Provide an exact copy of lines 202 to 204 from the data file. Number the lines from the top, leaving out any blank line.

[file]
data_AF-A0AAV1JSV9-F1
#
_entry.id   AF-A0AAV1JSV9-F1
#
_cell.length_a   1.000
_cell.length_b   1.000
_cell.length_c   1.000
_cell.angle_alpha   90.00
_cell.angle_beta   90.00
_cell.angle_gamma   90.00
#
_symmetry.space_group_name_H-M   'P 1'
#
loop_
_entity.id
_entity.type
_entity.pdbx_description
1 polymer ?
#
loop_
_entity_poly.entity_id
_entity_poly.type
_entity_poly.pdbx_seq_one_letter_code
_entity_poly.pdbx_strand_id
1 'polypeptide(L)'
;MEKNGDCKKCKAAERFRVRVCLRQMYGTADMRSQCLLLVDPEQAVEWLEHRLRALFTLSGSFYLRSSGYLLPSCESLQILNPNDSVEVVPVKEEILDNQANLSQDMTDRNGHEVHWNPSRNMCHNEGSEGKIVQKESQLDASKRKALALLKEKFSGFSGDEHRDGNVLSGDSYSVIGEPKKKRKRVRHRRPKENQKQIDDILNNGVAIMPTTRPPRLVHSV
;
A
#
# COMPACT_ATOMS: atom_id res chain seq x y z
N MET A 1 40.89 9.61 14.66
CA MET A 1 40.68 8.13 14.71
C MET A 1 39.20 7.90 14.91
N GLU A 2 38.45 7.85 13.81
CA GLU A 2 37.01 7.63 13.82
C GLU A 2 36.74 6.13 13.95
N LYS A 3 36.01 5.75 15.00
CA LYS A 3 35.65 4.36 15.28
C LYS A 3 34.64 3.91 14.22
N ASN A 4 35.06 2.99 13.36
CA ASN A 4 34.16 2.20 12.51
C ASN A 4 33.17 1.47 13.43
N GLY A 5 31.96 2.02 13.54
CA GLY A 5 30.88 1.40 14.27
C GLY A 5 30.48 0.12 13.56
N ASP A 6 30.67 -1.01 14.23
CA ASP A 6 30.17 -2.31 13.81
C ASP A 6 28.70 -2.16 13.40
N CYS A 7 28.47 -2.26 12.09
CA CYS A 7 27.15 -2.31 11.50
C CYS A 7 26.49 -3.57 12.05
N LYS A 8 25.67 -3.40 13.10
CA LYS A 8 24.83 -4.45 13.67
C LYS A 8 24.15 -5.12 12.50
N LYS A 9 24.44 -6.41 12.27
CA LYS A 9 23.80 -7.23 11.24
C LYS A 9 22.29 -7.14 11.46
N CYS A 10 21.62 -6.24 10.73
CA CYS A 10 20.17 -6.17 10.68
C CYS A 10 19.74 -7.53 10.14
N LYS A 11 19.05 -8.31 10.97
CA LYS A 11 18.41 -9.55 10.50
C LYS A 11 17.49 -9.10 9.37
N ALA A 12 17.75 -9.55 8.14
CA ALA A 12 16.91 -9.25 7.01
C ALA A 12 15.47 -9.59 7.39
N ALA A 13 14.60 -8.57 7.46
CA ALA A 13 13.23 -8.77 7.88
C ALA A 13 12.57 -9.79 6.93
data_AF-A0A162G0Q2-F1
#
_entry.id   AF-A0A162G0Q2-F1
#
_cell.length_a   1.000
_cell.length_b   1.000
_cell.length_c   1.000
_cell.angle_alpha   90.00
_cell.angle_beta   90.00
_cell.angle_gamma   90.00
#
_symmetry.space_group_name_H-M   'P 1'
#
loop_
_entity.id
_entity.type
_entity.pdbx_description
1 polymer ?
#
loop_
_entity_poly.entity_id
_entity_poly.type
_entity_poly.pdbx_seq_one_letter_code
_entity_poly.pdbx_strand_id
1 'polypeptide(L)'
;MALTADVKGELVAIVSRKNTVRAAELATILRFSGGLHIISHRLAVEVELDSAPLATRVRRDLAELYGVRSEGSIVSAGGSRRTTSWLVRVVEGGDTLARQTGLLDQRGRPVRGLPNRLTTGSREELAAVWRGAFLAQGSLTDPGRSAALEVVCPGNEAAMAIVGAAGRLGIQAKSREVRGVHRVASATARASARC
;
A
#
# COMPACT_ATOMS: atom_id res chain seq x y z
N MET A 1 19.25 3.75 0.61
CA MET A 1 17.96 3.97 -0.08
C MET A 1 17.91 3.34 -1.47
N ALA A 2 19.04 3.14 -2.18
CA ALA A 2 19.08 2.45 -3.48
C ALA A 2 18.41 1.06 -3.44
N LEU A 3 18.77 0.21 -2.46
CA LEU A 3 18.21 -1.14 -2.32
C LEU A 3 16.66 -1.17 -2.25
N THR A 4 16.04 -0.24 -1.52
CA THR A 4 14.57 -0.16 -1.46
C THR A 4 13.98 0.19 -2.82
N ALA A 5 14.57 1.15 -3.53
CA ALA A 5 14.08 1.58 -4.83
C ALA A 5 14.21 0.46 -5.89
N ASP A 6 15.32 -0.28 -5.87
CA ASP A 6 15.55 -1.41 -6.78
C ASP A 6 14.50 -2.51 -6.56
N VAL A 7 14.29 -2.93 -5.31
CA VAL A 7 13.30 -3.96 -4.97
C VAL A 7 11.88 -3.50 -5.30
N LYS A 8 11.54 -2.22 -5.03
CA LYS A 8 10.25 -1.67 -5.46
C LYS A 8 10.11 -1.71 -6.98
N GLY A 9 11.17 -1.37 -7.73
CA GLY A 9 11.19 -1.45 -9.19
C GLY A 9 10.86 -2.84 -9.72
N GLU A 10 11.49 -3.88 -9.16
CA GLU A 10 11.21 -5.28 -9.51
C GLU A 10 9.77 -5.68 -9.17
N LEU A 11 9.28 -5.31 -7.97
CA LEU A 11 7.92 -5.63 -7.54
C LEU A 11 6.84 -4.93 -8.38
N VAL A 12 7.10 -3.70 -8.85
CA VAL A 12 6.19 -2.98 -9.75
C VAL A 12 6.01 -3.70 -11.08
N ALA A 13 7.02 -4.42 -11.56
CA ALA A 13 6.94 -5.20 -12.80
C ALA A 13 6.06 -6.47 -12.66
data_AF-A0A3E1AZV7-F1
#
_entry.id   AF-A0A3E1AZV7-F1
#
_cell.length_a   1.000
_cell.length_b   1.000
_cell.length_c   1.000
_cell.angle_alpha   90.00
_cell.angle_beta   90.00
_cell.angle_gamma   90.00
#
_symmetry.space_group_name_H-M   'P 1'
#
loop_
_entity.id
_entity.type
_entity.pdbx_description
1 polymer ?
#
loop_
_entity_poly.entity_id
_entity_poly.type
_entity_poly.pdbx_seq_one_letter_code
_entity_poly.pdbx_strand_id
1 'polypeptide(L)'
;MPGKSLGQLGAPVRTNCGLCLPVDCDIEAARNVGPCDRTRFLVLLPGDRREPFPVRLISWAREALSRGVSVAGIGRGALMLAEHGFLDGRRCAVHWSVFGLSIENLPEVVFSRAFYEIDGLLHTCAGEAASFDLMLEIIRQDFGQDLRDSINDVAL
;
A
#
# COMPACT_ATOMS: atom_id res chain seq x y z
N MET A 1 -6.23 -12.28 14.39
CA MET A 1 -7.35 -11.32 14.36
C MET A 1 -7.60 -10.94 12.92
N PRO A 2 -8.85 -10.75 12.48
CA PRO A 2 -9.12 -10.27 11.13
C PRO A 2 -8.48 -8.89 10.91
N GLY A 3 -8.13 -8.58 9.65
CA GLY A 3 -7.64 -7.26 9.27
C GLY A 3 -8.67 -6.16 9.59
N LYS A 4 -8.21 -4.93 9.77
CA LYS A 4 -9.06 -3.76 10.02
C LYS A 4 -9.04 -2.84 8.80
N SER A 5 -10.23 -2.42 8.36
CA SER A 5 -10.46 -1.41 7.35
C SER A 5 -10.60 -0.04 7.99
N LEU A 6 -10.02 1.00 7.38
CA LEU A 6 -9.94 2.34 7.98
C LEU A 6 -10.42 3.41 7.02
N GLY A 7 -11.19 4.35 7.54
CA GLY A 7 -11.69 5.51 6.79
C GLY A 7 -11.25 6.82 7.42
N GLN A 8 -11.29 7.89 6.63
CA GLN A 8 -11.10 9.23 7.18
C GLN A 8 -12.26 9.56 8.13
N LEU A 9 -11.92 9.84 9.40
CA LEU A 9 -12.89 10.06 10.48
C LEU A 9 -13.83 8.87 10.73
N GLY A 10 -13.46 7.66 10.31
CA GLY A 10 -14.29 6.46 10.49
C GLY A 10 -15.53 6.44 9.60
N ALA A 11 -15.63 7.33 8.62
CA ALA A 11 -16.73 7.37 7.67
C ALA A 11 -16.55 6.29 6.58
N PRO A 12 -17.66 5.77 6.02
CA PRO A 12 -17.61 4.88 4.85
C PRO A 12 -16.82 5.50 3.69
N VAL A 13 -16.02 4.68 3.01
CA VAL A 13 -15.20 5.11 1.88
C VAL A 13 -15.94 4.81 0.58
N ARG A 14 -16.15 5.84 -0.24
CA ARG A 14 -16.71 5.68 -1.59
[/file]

N PRO A 12 -17.66 5.77 6.02
CA PRO A 12 -17.61 4.88 4.85
C PRO A 12 -16.82 5.50 3.69